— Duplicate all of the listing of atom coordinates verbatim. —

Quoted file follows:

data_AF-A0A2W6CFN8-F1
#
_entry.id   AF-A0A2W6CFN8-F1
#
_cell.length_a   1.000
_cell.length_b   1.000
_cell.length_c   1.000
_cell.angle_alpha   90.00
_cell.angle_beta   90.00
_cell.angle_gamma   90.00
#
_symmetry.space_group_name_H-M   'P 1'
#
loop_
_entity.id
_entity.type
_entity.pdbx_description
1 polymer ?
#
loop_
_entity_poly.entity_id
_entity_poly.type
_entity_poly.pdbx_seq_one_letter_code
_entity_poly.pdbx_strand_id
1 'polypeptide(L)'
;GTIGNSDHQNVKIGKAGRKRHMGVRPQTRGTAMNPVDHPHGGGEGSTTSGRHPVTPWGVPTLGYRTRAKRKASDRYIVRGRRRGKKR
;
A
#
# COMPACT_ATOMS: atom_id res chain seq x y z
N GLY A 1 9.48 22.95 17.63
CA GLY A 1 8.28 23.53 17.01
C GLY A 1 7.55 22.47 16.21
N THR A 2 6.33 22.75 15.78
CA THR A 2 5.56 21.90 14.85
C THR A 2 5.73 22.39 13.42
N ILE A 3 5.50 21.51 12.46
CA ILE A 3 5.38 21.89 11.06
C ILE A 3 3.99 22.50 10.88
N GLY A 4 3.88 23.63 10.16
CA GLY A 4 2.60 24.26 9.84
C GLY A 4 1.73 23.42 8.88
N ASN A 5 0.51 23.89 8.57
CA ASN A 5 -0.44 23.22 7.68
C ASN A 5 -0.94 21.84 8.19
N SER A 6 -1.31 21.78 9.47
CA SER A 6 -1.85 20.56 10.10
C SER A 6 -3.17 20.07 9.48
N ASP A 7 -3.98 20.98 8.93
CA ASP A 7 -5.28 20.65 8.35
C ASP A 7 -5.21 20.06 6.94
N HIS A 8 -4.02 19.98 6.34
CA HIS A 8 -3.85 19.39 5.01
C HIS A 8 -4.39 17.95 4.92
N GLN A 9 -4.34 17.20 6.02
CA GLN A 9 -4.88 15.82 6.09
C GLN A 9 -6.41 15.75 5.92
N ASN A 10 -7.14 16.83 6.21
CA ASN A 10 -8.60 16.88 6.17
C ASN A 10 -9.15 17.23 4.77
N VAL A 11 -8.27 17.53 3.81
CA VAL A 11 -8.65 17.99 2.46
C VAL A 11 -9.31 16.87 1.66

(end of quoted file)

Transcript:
data_AF-A0A2W6CFN8-F1
#
_entry.id   AF-A0A2W6CFN8-F1
#
_cell.length_a   1.000
_cell.length_b   1.000
_cell.length_c   1.000
_cell.angle_alpha   90.00
_cell.angle_beta   90.00
_cell.angle_gamma   90.00
#
_symmetry.space_group_name_H-M   'P 1'
#
loop_
_entity.id
_entity.type
_entity.pdbx_description
1 polymer ?
#
loop_
_entity_poly.entity_id
_entity_poly.type
_entity_poly.pdbx_seq_one_letter_code
_entity_poly.pdbx_strand_id
1 'polypeptide(L)'
;GTIGNSDHQNVKIGKAGRKRHMGVRPQTRGTAMNPVDHPHGGGEGSTTSGRHPVTPWGVPTLGYRTRAKRKASDRYIVRGRRRGKKR
;
A
#
# COMPACT_ATOMS: atom_id res chain seq x y z
N GLY A 1 9.48 22.95 17.63
CA GLY A 1 8.28 23.53 17.01
C GLY A 1 7.55 22.47 16.21
N THR A 2 6.33 22.75 15.78
CA THR A 2 5.56 21.90 14.85
C THR A 2 5.73 22.39 13.42
N ILE A 3 5.50 21.51 12.46
CA ILE A 3 5.38 21.89 11.06
C ILE A 3 3.99 22.50 10.88
N GLY A 4 3.88 23.63 10.16
CA GLY A 4 2.60 24.26 9.84
C GLY A 4 1.73 23.42 8.88
N ASN A 5 0.51 23.89 8.57
CA ASN A 5 -0.44 23.22 7.68
C ASN A 5 -0.94 21.84 8.19
N SER A 6 -1.31 21.78 9.47
CA SER A 6 -1.85 20.56 10.10
C SER A 6 -3.17 20.07 9.48
N ASP A 7 -3.98 20.98 8.93
CA ASP A 7 -5.28 20.65 8.35
C ASP A 7 -5.21 20.06 6.94
N HIS A 8 -4.02 19.98 6.34
CA HIS A 8 -3.85 19.39 5.01
C HIS A 8 -4.39 17.95 4.92
N GLN A 9 -4.34 17.20 6.02
CA GLN A 9 -4.88 15.82 6.09
C GLN A 9 -6.41 15.75 5.92
N ASN A 10 -7.14 16.83 6.21
CA ASN A 10 -8.60 16.88 6.17
C ASN A 10 -9.15 17.23 4.77
N VAL A 11 -8.27 17.53 3.81
CA VAL A 11 -8.65 17.99 2.46
C VAL A 11 -9.31 16.87 1.66